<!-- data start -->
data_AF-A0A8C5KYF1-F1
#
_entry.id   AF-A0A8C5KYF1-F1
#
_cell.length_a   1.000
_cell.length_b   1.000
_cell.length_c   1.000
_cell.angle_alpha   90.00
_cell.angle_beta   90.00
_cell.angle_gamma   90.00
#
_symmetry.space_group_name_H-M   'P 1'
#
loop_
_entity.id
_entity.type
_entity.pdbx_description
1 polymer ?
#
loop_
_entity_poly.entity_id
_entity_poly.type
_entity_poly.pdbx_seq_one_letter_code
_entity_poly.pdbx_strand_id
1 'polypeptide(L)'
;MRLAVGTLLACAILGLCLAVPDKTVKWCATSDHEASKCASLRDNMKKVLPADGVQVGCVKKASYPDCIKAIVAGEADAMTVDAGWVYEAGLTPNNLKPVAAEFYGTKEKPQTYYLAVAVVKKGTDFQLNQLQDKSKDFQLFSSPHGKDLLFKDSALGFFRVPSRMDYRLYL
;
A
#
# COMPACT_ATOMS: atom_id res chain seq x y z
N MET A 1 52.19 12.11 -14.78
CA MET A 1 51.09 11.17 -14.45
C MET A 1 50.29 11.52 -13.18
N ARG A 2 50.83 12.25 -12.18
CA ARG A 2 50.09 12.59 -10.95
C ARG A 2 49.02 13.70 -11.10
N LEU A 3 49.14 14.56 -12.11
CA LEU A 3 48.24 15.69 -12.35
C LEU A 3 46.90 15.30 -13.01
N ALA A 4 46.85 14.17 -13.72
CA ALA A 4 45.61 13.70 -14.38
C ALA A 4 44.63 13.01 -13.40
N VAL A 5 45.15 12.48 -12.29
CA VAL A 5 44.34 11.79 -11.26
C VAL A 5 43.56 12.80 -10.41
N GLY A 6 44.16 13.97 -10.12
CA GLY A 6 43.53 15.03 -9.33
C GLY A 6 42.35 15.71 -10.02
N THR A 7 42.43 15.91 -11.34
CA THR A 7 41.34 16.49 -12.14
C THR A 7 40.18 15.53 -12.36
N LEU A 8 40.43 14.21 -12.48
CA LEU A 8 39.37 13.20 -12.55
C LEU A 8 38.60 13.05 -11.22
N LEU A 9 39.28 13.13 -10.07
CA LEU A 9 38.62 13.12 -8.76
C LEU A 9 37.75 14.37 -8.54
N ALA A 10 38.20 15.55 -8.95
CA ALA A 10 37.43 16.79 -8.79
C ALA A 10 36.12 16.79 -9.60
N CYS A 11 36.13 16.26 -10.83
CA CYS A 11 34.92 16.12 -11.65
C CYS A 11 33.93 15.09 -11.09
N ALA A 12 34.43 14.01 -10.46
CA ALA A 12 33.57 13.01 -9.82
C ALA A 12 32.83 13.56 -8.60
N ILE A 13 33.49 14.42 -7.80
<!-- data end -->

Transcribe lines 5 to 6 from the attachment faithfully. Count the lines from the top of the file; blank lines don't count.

_cell.length_a   1.000
_cell.length_b   1.000